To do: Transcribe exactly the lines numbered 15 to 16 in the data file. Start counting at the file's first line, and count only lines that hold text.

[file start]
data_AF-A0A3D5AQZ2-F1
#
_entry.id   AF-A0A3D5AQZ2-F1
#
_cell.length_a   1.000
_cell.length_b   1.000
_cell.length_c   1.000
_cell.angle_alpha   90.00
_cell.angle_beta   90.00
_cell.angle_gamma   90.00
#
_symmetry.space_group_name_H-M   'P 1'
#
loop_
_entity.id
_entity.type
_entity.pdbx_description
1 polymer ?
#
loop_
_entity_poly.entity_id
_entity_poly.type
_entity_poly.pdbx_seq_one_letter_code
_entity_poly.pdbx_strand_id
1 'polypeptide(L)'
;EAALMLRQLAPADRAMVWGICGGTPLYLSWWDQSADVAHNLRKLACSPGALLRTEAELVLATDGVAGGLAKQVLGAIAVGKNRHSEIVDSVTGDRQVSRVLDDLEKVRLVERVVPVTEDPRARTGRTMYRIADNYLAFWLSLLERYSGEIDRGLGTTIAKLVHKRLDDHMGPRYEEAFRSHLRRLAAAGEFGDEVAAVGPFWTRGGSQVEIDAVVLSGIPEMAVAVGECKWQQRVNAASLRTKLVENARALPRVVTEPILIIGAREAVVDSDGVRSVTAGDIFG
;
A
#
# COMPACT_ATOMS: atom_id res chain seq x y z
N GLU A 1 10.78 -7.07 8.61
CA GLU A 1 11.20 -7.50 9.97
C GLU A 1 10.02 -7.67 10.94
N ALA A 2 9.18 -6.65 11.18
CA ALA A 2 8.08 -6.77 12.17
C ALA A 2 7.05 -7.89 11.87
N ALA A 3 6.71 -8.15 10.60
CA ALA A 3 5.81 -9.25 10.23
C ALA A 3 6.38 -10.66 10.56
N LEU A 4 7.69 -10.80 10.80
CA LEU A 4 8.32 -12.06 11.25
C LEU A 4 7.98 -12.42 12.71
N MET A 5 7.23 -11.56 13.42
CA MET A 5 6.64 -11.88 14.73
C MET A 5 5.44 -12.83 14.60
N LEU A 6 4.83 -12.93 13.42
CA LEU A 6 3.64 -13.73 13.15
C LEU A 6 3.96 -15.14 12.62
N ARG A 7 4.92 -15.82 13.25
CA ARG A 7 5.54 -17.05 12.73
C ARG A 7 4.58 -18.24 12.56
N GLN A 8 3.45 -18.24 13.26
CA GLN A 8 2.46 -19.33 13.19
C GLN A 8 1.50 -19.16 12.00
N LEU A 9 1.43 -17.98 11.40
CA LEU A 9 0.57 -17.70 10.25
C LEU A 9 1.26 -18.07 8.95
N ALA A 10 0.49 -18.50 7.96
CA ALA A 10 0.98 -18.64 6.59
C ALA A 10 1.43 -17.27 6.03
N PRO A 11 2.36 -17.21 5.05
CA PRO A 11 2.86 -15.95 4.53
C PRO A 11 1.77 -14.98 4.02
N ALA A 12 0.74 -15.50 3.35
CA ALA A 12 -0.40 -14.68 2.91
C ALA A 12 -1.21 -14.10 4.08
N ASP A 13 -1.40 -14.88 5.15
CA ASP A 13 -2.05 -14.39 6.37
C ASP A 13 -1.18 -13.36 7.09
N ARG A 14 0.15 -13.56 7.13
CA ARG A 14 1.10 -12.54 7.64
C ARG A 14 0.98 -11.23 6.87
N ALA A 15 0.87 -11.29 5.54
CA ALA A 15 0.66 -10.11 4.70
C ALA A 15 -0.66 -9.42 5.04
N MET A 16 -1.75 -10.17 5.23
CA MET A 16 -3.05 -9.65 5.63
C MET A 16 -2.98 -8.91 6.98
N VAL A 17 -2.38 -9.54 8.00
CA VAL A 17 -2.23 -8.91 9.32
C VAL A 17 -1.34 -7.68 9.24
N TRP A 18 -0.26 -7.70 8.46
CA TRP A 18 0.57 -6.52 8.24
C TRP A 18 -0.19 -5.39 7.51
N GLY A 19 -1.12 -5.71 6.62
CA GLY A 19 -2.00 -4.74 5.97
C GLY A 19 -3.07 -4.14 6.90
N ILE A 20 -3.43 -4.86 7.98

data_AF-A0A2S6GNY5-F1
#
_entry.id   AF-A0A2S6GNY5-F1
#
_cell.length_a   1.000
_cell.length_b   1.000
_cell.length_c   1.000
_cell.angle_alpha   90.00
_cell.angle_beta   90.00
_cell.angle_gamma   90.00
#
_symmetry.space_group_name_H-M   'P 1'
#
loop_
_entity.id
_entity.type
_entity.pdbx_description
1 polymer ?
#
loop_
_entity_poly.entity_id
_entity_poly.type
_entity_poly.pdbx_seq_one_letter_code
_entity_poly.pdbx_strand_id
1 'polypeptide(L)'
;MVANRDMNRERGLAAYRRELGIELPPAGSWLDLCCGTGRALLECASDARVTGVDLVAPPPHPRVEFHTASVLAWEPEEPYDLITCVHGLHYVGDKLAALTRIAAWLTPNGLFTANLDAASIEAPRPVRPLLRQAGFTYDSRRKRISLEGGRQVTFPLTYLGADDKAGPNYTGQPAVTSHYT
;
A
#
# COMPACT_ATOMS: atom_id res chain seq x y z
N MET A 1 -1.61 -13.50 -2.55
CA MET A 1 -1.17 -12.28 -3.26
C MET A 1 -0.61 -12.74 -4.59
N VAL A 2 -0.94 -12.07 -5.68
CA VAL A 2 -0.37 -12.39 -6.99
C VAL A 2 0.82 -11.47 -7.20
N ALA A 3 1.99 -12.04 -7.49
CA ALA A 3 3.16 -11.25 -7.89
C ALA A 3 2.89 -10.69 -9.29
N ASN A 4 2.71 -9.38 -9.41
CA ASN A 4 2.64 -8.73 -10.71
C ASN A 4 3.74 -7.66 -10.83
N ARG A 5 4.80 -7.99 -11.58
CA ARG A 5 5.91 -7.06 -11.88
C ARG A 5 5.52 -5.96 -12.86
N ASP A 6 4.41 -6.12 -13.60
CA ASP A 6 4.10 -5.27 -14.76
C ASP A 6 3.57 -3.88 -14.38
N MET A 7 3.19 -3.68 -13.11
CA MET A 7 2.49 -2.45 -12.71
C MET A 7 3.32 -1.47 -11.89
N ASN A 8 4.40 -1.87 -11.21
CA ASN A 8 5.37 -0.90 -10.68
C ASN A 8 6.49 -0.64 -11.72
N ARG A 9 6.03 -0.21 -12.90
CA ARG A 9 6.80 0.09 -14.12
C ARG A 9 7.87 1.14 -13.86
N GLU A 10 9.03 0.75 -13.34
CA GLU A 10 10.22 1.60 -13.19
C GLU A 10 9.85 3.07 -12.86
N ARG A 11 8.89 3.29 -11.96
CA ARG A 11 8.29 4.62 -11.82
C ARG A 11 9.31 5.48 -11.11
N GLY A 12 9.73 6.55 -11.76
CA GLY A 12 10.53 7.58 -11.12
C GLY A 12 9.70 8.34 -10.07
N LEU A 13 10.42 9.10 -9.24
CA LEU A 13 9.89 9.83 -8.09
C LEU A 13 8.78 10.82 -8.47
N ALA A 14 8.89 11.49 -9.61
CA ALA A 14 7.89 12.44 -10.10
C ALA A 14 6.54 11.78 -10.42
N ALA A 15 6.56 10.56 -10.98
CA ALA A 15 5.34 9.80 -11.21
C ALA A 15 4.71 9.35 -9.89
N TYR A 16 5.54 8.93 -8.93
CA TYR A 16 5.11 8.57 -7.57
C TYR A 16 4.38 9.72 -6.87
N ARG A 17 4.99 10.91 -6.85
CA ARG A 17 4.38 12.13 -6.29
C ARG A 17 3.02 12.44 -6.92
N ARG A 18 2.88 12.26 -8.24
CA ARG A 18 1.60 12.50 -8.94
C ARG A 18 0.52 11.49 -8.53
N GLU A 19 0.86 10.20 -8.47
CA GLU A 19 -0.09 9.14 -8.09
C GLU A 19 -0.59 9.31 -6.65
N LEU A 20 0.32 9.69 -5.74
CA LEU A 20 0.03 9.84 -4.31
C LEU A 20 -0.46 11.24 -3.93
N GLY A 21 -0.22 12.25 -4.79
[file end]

_entity.id
_entity.type